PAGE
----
Hong Kong Property Sales Fall on Fresh Housing Curbs

Doubling of Stamp Duty Instantly Cools Overheated Real Estate Market

Hong Kong Property Sales Fall on Fresh Housing Curbs

Real estate agents in Hong Kong are reporting that its government’s latest measures to rein in one of the world’s most exuberant property markets had been an overnight success. After Friday’s announcement by the special administrative region’s administration that it is imposing higher stamp duties on property transactions along with home loan curbs, buying activity fell drastically over the weekend.

Hong Kong Implements Property-Cooling Measures on Bubble Concerns

On Friday (February 22), Hong Kong government officials announced a new round of measures to stabilise the SAR’s housing market and overall financial system. The city’s latest measures to cool an overheated property sector which boasts some of the world's most expensive apartments include higher stamp duties on property deals and restrictions on home loan availability.

For residential assets costing less than HK$2 million (£170,300), the stamp duty has been increased from a flat rate of HK$100 (£8.40) to 1.5 per cent of the transaction price, while the impost on Hong Kong’s most expensive properties, those above the HK$2-million bracket, has doubled from 4.25 to 8.5 per cent of the transaction price. The increases don’t apply to first-time buyers amongst Hong Kong residents, in a refinement seemingly aimed at making it easier for local home-makers to enter the market.

With fears of a property bubble spreading from apartments to parking spaces, shops and hotels, and the perceived driver being the city's low interest rate environment, the Hong Kong Monetary Authority, the SAR’s de facto central bank, also issued mandatory guidelines to banks to tighten home loan approval criteria for all commercial and industrial real estate. The measures have included maximum loan-to-value ratios of mortgage loans, which were lowered 10 percentage points from existing applicable levels.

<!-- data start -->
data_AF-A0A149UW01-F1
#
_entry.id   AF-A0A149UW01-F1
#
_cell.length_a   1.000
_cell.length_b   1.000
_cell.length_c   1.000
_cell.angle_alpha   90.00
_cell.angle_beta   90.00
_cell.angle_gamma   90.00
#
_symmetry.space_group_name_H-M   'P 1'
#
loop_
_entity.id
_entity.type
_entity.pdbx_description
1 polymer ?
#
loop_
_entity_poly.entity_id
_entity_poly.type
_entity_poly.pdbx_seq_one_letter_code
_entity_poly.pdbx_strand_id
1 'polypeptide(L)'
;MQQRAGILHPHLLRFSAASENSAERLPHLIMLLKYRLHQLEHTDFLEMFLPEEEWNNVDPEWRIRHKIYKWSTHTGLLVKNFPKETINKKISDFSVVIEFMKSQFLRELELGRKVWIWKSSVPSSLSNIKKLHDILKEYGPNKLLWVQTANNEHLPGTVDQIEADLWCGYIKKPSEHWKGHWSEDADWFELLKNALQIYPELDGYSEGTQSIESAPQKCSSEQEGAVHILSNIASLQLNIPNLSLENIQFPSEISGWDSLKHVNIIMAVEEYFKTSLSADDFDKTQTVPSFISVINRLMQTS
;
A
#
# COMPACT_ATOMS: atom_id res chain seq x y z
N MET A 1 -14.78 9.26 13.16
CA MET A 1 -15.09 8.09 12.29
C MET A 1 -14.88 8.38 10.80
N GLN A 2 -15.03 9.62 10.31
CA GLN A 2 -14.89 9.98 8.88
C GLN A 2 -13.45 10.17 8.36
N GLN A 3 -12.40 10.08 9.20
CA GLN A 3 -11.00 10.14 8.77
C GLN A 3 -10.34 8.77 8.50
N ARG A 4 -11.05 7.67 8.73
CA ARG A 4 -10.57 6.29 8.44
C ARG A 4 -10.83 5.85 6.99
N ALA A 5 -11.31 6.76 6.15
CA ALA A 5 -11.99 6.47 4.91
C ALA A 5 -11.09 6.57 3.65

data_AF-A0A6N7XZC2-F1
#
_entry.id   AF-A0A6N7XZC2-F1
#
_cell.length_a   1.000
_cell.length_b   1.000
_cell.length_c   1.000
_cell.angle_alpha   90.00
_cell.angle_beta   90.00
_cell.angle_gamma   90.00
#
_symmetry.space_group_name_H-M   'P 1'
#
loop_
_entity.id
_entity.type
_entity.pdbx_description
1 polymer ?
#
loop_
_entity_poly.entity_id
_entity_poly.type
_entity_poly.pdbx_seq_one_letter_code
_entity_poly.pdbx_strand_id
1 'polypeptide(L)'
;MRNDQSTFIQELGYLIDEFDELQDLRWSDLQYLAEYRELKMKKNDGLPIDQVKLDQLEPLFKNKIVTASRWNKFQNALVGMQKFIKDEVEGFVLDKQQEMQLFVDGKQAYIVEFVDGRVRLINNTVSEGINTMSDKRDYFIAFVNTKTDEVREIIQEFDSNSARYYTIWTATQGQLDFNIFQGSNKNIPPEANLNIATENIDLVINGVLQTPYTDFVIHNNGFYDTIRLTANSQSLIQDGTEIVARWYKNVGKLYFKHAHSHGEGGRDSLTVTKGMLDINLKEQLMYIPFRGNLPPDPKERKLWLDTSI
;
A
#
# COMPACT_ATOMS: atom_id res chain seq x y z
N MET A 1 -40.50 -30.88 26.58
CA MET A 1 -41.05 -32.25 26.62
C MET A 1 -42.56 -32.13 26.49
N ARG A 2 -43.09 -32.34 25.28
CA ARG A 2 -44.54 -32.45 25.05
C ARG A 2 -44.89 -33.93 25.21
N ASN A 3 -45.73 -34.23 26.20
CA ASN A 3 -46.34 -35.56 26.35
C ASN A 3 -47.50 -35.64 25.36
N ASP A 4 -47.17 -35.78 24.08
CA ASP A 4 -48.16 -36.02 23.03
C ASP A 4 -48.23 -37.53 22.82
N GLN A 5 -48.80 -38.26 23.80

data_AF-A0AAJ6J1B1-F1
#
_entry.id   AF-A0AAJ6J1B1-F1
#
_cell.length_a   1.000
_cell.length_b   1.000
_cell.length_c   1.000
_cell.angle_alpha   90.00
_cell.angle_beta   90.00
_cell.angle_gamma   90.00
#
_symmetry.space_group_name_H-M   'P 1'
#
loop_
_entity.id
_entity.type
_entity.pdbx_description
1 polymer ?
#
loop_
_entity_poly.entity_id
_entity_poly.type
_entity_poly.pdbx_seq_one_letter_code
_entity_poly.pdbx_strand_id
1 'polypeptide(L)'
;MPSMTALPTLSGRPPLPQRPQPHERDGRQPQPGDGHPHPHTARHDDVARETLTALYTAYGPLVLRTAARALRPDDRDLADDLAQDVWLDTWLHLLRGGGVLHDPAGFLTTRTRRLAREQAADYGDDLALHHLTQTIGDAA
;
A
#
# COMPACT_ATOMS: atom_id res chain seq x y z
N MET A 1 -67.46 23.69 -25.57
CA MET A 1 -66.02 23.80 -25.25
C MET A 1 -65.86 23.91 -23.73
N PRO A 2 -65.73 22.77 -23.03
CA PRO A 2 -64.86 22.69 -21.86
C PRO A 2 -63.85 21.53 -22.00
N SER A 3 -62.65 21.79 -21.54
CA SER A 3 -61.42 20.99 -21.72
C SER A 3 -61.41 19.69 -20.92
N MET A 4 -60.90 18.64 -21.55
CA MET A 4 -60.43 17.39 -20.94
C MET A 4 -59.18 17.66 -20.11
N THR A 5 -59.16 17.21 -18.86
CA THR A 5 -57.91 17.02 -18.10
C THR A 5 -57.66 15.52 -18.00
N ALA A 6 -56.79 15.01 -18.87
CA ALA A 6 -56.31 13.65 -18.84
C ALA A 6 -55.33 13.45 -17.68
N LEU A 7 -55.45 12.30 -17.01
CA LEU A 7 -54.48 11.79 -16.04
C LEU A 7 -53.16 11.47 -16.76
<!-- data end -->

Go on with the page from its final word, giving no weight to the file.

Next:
Property prices in Hong Kong have doubled in the past four years on near-record low mortgage rates, an influx of mainland Chinese buyers and a lack of new supply. Since 2009, policymakers have taken a series of steps to curb the price rises. The latest round of property-cooling measures came amid increasing concerns of a real estate bubble. Hong Kong’s Financial Secretary John Tsang said on Friday that "exuberance has regained momentum" in the city’s real estate market and that the implemented measures are needed for preventing a property market bubble and keeping the potential economic risk from spreading more widely in the financial hub. He told reporters: "The risk of an asset bubble is increasing. If we allow the bubble to grow, in the end it will affect the macro-economy and also the stability of the financial system.”

Measures Record Overnight Success with Property Sales Plunging

After the government’s move to double stamp duty, residential property sales in Hong Kong fell significantly, with estate agents reporting that buying activity had plummeted between Friday evening and Sunday night. According to Buggle Lau, chief analyst at Midland Holdings (HKG:1200), the city’s biggest publicly traded realtor, secondary sales for the 15 most popular housing estates fell 15 per cent at the weekend compared with the previous weekend. The plunge follows a last-minute scramble to complete deals at the end of last week, with some realtors reporting a 50 per cent jump from normal buying activity on Friday, followed by a 75 per cent plunge on Saturday.

Property Shares Also Down on Housing Curbs

In a further sign of the market’s reaction to the cooling measures, shares in Hong Kong property companies Cheung Kong Holdings (HKG:0001) and Sun Hung Kai Properties (HKG:0016) fell to their lowest level in nearly two months. On Monday (February 25), the Cheung Kong Holdings share price fell 1.9 per cent, while Sun Hung Kai Properties’ stock dropped 2.3 per cent. Meanwhile, the Hang Seng Property Index (HSP), which tracks the shares of the city’s nine biggest property developers, fell 1.5 per cent to be at its lowest level in two months.

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